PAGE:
An emerging concept in virology is that viral replication and virion assembly are often mechanistically coupled in specific locations within the cell at sites termed virus ?factories?. The spatial and temporal coordination of these processes permit assembly line production of virions in a manner that is energetically favorable while allowing for quality control of the final structure. Although factories have been described in some detail for viruses replicating in the cytoplasm, most DNA viruses replicate/assemble in the nucleus where morphological features of factories are problematic to identify and characterize due to the dense chromatin network. There are also indications that the factories usurp essential nuclear domains otherwise used for such functions as DNA damage repair (DDR), and indeed many cellular proteins involved in DDR are found at replication sites for DNA viruses. We propose to characterize the structure and composition of virion assembly factories for the well-studied murine polyomavirus using a combined approach employing iPOND protein identification, high resolution imaging, and virus/host cell genetics. Our goal is to determine the molecular architecture of these factories at nanometer resolution as well as the spatial and functional relationships of their protein components. With the recent identification of ten new human polyomaviruses, and the marked increase in immunomodulatory therapies for a variety of diseases, polyomaviruses have emerged as important human pathogens that at present have no specific therapy. Characterization of the assembly factories not only will identify new therapeutic targets for affecting polyomavirus replication, as well as other DNA viruses, but also provide insight as to their function in normal cellular processes.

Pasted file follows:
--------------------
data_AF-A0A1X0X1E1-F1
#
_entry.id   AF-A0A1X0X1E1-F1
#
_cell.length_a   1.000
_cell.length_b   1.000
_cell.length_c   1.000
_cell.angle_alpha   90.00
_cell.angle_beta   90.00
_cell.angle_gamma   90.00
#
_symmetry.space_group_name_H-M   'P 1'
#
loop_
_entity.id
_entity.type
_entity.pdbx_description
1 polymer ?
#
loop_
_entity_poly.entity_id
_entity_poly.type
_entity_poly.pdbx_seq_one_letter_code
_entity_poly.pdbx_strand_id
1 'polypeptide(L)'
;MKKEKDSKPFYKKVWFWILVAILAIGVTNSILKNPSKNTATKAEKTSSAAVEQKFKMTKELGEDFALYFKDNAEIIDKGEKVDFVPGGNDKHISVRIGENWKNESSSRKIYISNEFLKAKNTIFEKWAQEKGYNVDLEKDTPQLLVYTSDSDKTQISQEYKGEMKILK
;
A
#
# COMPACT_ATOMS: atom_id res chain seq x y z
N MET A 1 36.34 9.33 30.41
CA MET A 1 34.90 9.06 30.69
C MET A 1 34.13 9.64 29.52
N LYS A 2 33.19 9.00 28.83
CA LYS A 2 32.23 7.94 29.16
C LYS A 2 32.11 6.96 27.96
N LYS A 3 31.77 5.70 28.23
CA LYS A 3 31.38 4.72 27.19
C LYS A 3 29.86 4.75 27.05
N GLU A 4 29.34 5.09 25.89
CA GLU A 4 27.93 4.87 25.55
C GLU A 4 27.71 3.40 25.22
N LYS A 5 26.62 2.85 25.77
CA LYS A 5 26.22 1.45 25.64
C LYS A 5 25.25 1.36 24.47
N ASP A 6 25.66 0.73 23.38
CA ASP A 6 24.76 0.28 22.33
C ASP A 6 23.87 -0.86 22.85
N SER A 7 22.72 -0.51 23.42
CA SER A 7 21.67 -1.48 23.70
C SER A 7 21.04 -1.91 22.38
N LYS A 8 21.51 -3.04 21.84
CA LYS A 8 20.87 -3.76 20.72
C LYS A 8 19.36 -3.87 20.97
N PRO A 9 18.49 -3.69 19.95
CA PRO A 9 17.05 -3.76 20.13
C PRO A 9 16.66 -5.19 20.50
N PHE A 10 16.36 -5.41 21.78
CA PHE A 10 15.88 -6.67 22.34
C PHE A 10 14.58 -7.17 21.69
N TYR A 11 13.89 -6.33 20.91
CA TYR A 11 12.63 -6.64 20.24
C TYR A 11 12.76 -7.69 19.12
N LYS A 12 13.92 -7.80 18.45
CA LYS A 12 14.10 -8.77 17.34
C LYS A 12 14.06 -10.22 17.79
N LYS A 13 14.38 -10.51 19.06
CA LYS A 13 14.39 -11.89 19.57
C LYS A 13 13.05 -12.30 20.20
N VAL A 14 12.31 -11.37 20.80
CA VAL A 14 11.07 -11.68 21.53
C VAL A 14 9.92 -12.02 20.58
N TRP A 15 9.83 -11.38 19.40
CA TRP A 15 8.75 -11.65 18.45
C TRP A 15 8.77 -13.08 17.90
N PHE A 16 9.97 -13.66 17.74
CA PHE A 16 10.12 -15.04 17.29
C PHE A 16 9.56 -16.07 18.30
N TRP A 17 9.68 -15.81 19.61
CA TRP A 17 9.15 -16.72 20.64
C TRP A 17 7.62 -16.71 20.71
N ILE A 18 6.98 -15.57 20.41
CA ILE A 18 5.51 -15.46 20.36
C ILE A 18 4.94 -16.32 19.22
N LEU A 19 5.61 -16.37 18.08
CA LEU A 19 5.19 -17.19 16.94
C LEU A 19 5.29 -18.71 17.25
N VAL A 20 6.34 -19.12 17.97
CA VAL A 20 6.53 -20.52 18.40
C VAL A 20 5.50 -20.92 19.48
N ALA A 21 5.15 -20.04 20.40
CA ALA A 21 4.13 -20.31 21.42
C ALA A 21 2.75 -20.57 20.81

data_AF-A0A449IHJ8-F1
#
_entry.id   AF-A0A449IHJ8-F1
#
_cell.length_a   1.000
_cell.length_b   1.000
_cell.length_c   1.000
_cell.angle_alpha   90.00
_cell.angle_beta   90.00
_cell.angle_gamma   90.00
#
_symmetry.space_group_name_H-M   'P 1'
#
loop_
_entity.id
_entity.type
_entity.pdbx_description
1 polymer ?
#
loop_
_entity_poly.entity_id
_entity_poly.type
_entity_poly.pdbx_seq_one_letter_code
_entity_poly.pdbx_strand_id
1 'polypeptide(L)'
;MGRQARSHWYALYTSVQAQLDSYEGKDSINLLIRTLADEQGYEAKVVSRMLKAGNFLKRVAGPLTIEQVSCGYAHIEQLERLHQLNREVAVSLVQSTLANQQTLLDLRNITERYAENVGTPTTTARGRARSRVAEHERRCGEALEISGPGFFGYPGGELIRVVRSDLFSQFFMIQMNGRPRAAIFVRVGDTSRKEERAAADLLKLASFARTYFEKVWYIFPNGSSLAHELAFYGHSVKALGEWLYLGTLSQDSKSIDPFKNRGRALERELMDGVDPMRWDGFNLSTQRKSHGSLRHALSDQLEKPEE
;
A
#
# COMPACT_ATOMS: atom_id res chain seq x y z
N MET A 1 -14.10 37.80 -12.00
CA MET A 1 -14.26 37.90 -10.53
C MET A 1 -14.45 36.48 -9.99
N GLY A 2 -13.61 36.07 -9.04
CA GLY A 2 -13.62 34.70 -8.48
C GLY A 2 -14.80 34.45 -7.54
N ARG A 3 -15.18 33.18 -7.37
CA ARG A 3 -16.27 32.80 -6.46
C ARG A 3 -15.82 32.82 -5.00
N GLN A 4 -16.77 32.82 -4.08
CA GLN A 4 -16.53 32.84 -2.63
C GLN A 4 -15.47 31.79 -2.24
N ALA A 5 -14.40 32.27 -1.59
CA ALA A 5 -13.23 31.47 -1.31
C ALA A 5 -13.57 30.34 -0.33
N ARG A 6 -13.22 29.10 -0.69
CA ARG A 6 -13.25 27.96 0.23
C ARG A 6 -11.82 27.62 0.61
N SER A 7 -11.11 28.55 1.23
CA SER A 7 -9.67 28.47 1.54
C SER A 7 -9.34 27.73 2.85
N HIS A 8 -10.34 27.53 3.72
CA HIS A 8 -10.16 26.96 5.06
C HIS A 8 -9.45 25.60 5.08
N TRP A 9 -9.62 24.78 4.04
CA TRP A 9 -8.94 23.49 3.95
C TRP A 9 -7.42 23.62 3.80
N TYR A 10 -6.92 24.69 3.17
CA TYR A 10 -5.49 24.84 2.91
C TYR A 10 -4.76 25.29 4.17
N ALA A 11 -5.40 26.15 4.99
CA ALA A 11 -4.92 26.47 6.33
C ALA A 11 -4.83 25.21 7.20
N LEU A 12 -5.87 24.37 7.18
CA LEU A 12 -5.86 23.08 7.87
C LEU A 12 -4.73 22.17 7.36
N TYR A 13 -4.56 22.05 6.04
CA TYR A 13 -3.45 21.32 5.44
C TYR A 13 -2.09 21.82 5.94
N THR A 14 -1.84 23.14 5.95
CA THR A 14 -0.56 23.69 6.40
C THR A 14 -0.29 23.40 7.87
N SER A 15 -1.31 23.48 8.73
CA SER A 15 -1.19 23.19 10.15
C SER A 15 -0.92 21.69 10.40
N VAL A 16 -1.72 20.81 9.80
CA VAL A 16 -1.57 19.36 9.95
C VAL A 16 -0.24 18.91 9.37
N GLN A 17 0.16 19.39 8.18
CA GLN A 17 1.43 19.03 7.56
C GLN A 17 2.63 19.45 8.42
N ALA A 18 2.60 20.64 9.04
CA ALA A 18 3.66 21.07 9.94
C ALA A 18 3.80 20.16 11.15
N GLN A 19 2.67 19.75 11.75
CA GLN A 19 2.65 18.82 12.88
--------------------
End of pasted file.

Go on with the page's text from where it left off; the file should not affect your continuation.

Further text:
With the increased use of immuno-modulatory drugs for such diseases as multiple sclerosis, rheumatoid arthritis, and Crohn's disease, and the now common practice of renal transplantation, human polyomaviruses have emerged as significant human pathogens. These viruses currently have no effective therapy. Characterizing the sites of polyomavirus replication in the cell nucleus, the objective of this proposal, is critically important for the identification of possible therapeutic anti-viral drug targets.